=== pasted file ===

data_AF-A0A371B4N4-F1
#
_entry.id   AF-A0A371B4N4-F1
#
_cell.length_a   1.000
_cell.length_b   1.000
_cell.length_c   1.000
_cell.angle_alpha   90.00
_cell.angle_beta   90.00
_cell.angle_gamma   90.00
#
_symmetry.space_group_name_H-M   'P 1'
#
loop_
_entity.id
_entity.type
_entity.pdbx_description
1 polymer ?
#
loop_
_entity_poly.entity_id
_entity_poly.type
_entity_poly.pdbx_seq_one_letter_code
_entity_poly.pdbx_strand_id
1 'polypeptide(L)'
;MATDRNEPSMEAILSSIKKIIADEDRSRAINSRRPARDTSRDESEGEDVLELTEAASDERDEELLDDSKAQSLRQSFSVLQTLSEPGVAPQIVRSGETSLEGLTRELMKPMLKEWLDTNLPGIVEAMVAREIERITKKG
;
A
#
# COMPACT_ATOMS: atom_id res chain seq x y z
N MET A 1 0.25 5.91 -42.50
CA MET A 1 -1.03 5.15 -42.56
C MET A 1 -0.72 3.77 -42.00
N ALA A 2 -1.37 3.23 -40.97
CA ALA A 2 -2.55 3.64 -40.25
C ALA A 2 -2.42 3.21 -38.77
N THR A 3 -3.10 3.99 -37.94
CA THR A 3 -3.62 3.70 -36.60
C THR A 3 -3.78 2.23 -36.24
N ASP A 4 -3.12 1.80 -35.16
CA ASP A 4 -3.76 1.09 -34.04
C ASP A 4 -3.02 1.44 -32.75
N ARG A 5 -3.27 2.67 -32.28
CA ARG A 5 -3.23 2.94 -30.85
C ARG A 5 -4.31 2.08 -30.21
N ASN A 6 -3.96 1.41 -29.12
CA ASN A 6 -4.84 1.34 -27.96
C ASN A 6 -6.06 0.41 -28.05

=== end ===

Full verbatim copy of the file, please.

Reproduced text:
data_AF-A0A371B4N4-F1
#
_entry.id   AF-A0A371B4N4-F1
#
_cell.length_a   1.000
_cell.length_b   1.000
_cell.length_c   1.000
_cell.angle_alpha   90.00
_cell.angle_beta   90.00
_cell.angle_gamma   90.00
#
_symmetry.space_group_name_H-M   'P 1'
#
loop_
_entity.id
_entity.type
_entity.pdbx_description
1 polymer ?
#
loop_
_entity_poly.entity_id
_entity_poly.type
_entity_poly.pdbx_seq_one_letter_code
_entity_poly.pdbx_strand_id
1 'polypeptide(L)'
;MATDRNEPSMEAILSSIKKIIADEDRSRAINSRRPARDTSRDESEGEDVLELTEAASDERDEELLDDSKAQSLRQSFSVLQTLSEPGVAPQIVRSGETSLEGLTRELMKPMLKEWLDTNLPGIVEAMVAREIERITKKG
;
A
#
# COMPACT_ATOMS: atom_id res chain seq x y z
N MET A 1 0.25 5.91 -42.50
CA MET A 1 -1.03 5.15 -42.56
C MET A 1 -0.72 3.77 -42.00
N ALA A 2 -1.37 3.23 -40.97
CA ALA A 2 -2.55 3.64 -40.25
C ALA A 2 -2.42 3.21 -38.77
N THR A 3 -3.10 3.99 -37.94
CA THR A 3 -3.62 3.70 -36.60
C THR A 3 -3.78 2.23 -36.24
N ASP A 4 -3.12 1.80 -35.16
CA ASP A 4 -3.76 1.09 -34.04
C ASP A 4 -3.02 1.44 -32.75
N ARG A 5 -3.27 2.67 -32.28
CA ARG A 5 -3.23 2.94 -30.85
C ARG A 5 -4.31 2.08 -30.21
N ASN A 6 -3.96 1.41 -29.12
CA ASN A 6 -4.84 1.34 -27.96
C ASN A 6 -6.06 0.41 -28.05